Eduardo Sanchez: Yeah, that’s kind of what it’s all about. It’s an old wives tale. It’s a fable. It’s this mythology that can constantly change as new people discover it. There are some things — certain dates and certain events — that can be pinpointed on a calendar. Those are kind of the guide posts and everything else is kind of fluid. I think that Simon [Barrett], when he was writing the script, was a little apprehensive about blurring the lines and changing the mythology. I think that was one of the things they were a little worried about when they let us read the script for the first time. But we really had no problem with that. There were a few things that we tweaked or gave suggestions on, but most of the stuff was perfect. There shouldn’t be a consensus on anything. Everyone should have their own thing. That’s kind of the beauty of it. We knew that these guys were the right guys to make another Blair movie. They were going on the same crypto-journey that we went on.
CS: I know that, at one point, there was the thought of making a sequel set in 18th century Blair. What’s the weirdest iteration of the franchise that was considered over the years?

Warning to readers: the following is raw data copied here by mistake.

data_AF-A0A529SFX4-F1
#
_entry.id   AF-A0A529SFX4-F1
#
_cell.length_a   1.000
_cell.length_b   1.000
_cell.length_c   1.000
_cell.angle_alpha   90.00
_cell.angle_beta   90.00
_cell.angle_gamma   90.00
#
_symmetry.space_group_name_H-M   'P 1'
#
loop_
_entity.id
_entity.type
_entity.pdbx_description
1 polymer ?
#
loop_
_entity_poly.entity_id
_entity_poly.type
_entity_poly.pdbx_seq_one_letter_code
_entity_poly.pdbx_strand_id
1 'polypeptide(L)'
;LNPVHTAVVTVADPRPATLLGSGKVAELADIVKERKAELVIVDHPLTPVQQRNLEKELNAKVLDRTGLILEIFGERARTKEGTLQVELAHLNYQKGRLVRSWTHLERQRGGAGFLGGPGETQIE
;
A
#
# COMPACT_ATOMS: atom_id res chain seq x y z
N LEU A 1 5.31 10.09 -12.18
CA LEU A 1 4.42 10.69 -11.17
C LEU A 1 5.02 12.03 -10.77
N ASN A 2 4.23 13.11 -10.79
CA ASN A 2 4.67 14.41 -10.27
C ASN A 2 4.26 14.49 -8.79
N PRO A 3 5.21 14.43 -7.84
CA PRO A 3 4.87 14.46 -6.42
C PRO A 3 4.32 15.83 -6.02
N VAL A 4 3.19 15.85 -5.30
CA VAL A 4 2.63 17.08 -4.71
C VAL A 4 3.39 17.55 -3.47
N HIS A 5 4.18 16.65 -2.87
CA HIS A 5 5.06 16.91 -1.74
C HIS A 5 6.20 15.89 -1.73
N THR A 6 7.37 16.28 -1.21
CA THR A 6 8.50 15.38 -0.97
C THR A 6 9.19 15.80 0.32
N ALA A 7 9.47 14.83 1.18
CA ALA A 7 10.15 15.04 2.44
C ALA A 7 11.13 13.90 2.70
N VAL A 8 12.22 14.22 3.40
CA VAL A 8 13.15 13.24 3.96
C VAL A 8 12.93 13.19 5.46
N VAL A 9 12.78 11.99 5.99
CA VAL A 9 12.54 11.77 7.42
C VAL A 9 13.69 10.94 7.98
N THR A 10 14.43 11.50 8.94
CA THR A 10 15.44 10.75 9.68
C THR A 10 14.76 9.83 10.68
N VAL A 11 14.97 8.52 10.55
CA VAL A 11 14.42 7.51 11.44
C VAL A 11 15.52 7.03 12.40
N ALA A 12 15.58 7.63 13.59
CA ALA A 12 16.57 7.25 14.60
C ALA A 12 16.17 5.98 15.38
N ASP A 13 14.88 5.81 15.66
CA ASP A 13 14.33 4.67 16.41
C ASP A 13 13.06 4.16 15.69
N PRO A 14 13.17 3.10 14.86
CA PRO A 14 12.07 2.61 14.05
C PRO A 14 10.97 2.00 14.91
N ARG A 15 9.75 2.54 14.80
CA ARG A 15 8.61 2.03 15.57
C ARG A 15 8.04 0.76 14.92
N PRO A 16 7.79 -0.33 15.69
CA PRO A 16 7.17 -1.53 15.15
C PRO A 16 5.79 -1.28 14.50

Eduardo Sanchez: Oh, there are so many ideas that have gone through. Early on, Artisan hired a bunch of different writers to try and figure out “Blair Witch 2.” I think I still have some of the drafts. There were some funky ideas, though. Our idea — and I think it’s still a great idea — was to do a story that was set even before the Europeans got here. It would follow the Native Americans of the area, who are really the first people to have ever come into contact with this thing. Did they create it? What did they have to do with it? We definitely loved the idea that they might have been dealing with this problem for hundreds of years. It could be a thousand years. I wouldn’t say that that was the weirdest iteration, but it was definitely our pie in the sky dream. We knew there was no way they were going to let us do a movie with a full Native American cast. Then I saw “Apocalypto” and was reminded just how great and cool a setting that would be. Done right, that would be very cool. Then time travel has always been involved with the Blair Witch and the Blair Witch idea. Once you get into this bubble, all the time vortexes and timeline sort of intersect.
CS: There were a lot of “Blair Witch” parodies that hit after the film was such a success. Do you have a personal favorite nod to the film?
Eduardo Sanchez: There were so many good ones and there were so many bad ones. It was such a cool moment for us, having all these people sending us VHS tapes. There was one — and it definitely wasn’t one of the better ones — called “The Erotic Witch Project.” Dan bought it for us as kind of a joke and I still have the DVD. It’s just really weird when you, as a filmmaker, are looking at a porn movie based on your movie. It’s like, “I’ve arrived!” or “What have I gotten myself into?!” So that’s a favorite not because of the quality of the production, but because it was so surreal and it meant that we had finally made it.
CS: There’s also quite a bit to the expanded Blair Witch mythology. Do you have a favorite tie-in?